By Emily Reynolds Finishing off a big task can be memorable, whether you sincerely feel you’ve achieved something or are just relieved to have got it out of the way. Everyday tasks, however, are much more mundane: taking your daily medication or typing in a password are unlikely to be particularly noteworthy events. You may also have found a gap between your intention to do a particular mundane task and actually enacting it — meaning you either can’t remember whether you actually did it, or misremember having done it entirely. It’s this phenomenon that Dolores Albarracin and colleagues fr...
Source: BPS RESEARCH DIGEST - September 8, 2020 Category: Psychiatry & Psychology Authors: BPS Research Digest Tags: Memory Source Type: blogs

When We Follow Orders To Hurt Someone, We Feel Their Pain Less Than If We Hurt Them Freely
By Emma Young It’s one of the best-known and also controversial experiments in psychology: in 1963, Stanley Milgram reported that, when instructed, many people are surprisingly willing to deliver apparently dangerous electrical shocks to others. For some researchers, this — along with follow-up studies by the team — reveals how acting “under orders” can undermine our moral compass. Milgram’s interpretation of his findings, and the methods, too, have been criticised. However, the results have largely been replicated in experiments run in the US, Poland, and elsewhere. And in 20...
Source: BPS RESEARCH DIGEST - September 7, 2020 Category: Psychiatry & Psychology Authors: BPS Research Digest Tags: Brain Morality Perception Social Source Type: blogs

Faces And Friendliness: The Week ’s Best Psychology Links
Our weekly round-up of the best psychology coverage from elsewhere on the web A new study adds to the “nature vs nurture” debate about the fusiform face area, a region of the brain specialised for processing faces, reports Neuroskeptic at Discover Magazine. Researchers found that both blind and sighted people show activation of this area when touching models of faces, suggesting that visual experience, at least, isn’t necessary for the area to become specialised. Humans have prospered as a species because of our “friendliness”, such as our tendency to perform acts of kindness tow...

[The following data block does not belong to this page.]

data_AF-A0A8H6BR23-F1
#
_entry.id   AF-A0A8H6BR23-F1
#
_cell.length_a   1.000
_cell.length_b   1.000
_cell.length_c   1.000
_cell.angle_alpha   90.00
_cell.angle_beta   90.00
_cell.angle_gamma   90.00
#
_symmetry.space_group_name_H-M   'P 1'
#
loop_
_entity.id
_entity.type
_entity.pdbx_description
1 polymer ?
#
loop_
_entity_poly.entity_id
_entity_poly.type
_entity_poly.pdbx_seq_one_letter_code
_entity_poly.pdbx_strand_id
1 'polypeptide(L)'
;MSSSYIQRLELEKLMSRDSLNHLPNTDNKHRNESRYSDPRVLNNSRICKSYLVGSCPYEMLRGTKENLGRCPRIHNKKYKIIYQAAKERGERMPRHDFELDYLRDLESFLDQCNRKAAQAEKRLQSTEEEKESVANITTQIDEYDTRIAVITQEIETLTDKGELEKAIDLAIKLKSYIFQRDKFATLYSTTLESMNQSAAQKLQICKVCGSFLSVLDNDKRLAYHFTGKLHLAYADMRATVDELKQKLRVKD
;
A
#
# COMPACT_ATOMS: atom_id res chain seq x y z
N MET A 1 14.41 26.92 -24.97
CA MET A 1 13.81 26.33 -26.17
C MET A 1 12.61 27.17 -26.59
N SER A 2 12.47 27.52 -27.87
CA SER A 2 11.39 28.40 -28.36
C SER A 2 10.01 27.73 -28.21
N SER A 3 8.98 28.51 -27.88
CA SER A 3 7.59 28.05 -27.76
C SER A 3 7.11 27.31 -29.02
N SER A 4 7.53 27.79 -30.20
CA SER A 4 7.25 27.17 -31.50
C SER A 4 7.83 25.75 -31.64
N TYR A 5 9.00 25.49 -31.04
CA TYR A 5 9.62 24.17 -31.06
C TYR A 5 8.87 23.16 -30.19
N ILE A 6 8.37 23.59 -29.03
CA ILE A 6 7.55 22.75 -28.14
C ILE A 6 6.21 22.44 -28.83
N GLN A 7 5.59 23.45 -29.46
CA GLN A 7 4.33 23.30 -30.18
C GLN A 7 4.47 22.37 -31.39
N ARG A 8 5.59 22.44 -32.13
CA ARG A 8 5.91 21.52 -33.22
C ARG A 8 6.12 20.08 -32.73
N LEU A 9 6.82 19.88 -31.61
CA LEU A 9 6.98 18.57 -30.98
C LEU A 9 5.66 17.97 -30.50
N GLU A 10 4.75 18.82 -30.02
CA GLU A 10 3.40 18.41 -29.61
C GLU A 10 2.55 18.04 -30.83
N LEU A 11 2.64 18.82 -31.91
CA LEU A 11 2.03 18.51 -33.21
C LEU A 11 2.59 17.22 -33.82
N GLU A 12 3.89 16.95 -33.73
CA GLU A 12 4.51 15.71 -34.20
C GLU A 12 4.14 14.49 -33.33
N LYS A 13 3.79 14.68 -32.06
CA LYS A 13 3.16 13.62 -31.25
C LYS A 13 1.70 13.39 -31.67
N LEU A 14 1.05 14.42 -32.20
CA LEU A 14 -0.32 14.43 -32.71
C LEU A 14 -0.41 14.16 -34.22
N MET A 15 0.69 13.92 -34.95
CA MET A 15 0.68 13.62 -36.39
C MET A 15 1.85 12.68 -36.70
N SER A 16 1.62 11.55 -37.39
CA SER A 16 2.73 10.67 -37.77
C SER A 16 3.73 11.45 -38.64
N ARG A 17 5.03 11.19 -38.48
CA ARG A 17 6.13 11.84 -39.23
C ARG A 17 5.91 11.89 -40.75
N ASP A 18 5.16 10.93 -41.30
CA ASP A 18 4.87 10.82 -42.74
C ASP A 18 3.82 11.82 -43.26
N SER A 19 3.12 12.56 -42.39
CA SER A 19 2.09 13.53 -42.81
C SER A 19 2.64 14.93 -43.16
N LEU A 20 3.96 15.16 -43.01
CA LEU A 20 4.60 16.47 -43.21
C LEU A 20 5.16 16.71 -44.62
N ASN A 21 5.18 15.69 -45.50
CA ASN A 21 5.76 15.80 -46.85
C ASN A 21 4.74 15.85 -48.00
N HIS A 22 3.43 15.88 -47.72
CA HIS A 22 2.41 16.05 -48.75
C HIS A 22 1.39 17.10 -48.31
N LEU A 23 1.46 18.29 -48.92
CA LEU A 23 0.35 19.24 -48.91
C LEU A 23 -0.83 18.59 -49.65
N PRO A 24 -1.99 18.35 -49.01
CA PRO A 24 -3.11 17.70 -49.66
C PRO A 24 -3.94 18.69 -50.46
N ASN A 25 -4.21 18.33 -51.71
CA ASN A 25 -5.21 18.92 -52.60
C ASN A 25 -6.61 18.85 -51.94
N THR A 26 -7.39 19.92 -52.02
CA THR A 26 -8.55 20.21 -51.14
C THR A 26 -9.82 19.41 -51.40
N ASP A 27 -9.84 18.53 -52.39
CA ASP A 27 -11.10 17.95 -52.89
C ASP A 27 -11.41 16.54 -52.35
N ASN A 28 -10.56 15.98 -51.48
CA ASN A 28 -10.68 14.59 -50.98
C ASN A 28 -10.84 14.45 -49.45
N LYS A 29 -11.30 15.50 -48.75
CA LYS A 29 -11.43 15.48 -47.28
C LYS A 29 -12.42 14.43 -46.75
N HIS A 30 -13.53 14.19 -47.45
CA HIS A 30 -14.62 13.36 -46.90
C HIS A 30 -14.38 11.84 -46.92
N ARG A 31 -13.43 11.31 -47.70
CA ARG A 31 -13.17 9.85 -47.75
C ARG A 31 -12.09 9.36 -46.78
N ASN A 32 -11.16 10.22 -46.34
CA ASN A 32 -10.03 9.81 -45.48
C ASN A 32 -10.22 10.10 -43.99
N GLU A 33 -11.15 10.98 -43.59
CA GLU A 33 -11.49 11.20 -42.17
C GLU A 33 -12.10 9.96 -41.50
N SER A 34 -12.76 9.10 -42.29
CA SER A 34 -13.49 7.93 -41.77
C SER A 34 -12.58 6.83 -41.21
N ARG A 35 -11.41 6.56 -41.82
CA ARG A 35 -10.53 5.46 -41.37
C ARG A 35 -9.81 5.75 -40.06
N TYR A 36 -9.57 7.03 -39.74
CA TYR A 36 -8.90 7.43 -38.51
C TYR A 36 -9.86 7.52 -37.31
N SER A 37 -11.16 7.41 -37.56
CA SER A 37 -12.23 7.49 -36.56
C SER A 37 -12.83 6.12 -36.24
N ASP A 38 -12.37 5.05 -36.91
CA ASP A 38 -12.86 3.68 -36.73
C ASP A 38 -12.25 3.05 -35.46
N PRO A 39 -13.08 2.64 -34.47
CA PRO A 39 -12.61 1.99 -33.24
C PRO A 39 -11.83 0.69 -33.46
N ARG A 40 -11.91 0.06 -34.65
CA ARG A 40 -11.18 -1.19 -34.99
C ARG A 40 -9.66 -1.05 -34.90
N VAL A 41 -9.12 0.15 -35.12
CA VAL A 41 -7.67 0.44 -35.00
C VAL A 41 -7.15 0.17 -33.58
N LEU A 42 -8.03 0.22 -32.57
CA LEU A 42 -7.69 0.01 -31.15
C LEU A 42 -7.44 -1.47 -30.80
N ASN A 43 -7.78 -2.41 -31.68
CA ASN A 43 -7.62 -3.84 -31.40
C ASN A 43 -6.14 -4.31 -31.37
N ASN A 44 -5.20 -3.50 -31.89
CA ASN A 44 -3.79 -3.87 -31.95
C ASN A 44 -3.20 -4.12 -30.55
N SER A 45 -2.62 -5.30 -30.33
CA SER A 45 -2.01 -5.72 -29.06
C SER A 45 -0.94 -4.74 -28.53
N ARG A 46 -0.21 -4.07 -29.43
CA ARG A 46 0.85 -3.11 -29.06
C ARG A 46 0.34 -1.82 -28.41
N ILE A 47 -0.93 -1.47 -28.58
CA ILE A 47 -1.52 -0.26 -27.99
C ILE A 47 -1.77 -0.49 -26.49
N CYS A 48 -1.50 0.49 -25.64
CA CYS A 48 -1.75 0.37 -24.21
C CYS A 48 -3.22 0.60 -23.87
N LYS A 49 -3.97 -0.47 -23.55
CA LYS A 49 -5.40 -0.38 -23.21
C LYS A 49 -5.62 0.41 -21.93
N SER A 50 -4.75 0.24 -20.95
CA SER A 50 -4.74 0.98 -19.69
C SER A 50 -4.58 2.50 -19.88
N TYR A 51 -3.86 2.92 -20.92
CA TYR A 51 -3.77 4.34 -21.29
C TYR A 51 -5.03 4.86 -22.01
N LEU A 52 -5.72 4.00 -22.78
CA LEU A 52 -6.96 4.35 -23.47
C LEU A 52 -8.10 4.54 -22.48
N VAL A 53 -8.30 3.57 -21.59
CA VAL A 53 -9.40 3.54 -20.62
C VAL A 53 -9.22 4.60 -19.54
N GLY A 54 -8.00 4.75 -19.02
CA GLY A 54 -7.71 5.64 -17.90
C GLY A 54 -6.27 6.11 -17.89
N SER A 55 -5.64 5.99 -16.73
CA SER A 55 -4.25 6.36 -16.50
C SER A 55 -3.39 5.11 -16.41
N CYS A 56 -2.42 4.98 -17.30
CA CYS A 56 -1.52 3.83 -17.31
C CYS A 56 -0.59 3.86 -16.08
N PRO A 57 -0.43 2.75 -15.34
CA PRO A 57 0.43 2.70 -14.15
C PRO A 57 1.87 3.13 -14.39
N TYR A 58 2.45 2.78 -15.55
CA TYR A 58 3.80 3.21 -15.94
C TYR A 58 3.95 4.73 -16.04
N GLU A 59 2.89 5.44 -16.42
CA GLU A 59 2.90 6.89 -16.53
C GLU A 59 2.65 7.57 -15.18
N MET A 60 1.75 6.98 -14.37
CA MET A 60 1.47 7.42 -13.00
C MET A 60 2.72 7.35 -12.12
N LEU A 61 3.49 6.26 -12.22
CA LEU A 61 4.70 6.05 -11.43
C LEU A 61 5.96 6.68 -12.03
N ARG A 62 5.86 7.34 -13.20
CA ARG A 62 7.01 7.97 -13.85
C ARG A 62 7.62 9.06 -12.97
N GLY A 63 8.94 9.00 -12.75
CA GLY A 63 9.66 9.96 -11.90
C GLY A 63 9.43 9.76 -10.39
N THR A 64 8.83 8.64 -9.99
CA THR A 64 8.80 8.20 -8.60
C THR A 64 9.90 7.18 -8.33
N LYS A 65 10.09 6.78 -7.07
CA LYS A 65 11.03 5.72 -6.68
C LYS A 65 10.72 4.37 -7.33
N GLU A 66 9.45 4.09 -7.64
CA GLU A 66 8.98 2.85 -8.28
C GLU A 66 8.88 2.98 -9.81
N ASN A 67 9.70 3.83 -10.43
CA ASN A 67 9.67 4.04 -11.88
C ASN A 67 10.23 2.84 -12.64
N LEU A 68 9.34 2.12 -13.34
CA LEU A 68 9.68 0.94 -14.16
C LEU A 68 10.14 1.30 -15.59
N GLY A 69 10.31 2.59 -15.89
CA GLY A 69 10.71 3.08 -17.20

Source: BPS RESEARCH DIGEST - September 4, 2020 Category: Psychiatry & Psychology Authors: BPS Research Digest Tags: Weekly links Source Type: blogs

Black Women With Natural Hair Face Biases From Potential Employers
By Emily Reynolds Stories about discriminatory practices against Black people with natural hairstyles (e.g. afros, twists, dreadlocks, braids and cornrows) abound. At school, having natural hair has led to detention, punishment and even exclusions, and previous research has also found serious stigma around natural hair when it comes to desirability and professionalism. A new study in Social Psychological and Personality Science backs this up, finding that such biases can tangibly affect Black women’s chances with potential employers. Christy Zhou Koval at Michigan State University and Ashleigh Shelby Roset...
Source: BPS RESEARCH DIGEST - September 3, 2020 Category: Psychiatry & Psychology Authors: BPS Research Digest Tags: Occupational Source Type: blogs

Episode 21: How To Stay Connected In The “New Normal”